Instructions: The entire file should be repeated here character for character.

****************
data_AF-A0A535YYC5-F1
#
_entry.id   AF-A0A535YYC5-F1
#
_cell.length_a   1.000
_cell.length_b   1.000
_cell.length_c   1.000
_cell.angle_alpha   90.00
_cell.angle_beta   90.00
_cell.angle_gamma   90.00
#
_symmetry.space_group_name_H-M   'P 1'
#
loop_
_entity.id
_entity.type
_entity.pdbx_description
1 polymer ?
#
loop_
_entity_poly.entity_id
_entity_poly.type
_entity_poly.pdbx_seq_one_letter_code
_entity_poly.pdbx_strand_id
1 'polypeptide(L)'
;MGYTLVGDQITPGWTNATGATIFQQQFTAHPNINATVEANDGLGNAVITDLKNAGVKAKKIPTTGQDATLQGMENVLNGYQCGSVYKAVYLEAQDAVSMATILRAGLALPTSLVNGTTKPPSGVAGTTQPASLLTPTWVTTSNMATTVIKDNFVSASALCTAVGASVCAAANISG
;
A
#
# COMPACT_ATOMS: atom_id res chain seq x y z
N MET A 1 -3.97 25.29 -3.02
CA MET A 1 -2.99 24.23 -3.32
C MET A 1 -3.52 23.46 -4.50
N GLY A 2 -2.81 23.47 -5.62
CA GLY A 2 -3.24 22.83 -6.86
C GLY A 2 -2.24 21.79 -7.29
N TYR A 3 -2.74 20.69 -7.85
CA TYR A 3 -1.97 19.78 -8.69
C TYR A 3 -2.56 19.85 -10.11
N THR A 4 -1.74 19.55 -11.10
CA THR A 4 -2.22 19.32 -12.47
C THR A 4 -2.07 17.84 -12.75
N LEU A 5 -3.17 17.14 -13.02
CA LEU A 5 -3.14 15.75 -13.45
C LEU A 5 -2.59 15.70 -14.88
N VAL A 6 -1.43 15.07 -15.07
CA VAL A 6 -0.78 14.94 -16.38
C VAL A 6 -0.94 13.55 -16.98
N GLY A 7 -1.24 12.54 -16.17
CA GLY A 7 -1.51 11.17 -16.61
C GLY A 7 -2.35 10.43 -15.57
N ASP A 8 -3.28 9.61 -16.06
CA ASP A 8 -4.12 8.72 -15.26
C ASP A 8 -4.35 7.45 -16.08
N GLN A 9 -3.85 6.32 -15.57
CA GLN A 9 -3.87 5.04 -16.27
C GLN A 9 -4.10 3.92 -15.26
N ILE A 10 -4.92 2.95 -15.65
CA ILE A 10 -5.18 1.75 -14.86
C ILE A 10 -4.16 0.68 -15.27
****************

data_AF-A0A535YYC5-F1
#
_entry.id   AF-A0A535YYC5-F1
#
_cell.length_a   1.000
_cell.length_b   1.000
_cell.length_c   1.000
_cell.angle_alpha   90.00
_cell.angle_beta   90.00
_cell.angle_gamma   90.00
#
_symmetry.space_group_name_H-M   'P 1'
#
loop_
_entity.id
_entity.type
_entity.pdbx_description
1 polymer ?
#
loop_
_entity_poly.entity_id
_entity_poly.type
_entity_poly.pdbx_seq_one_letter_code
_entity_poly.pdbx_strand_id
1 'polypeptide(L)'
;MGYTLVGDQITPGWTNATGATIFQQQFTAHPNINATVEANDGLGNAVITDLKNAGVKAKKIPTTGQDATLQGMENVLNGYQCGSVYKAVYLEAQDAVSMATILRAGLALPTSLVNGTTKPPSGVAGTTQPASLLTPTWVTTSNMATTVIKDNFVSASALCTAVGASVCAAANISG
;
A
#
# COMPACT_ATOMS: atom_id res chain seq x y z
N MET A 1 -3.97 25.29 -3.02
CA MET A 1 -2.99 24.23 -3.32
C MET A 1 -3.52 23.46 -4.50
N GLY A 2 -2.81 23.47 -5.62
CA GLY A 2 -3.24 22.83 -6.86
C GLY A 2 -2.24 21.79 -7.29
N TYR A 3 -2.74 20.69 -7.85
CA TYR A 3 -1.97 19.78 -8.69
C TYR A 3 -2.56 19.85 -10.11
N THR A 4 -1.74 19.55 -11.10
CA THR A 4 -2.22 19.32 -12.47
C THR A 4 -2.07 17.84 -12.75
N LEU A 5 -3.17 17.14 -13.02
CA LEU A 5 -3.14 15.75 -13.45
C LEU A 5 -2.59 15.70 -14.88
N VAL A 6 -1.43 15.07 -15.07
CA VAL A 6 -0.78 14.94 -16.38
C VAL A 6 -0.94 13.55 -16.98
N GLY A 7 -1.24 12.54 -16.17
CA GLY A 7 -1.51 11.17 -16.61
C GLY A 7 -2.35 10.43 -15.57
N ASP A 8 -3.28 9.61 -16.06
CA ASP A 8 -4.12 8.72 -15.26
C ASP A 8 -4.35 7.45 -16.08
N GLN A 9 -3.85 6.32 -15.57
CA GLN A 9 -3.87 5.04 -16.27
C GLN A 9 -4.10 3.92 -15.26
N ILE A 10 -4.92 2.95 -15.65
CA ILE A 10 -5.18 1.75 -14.86
C ILE A 10 -4.16 0.68 -15.27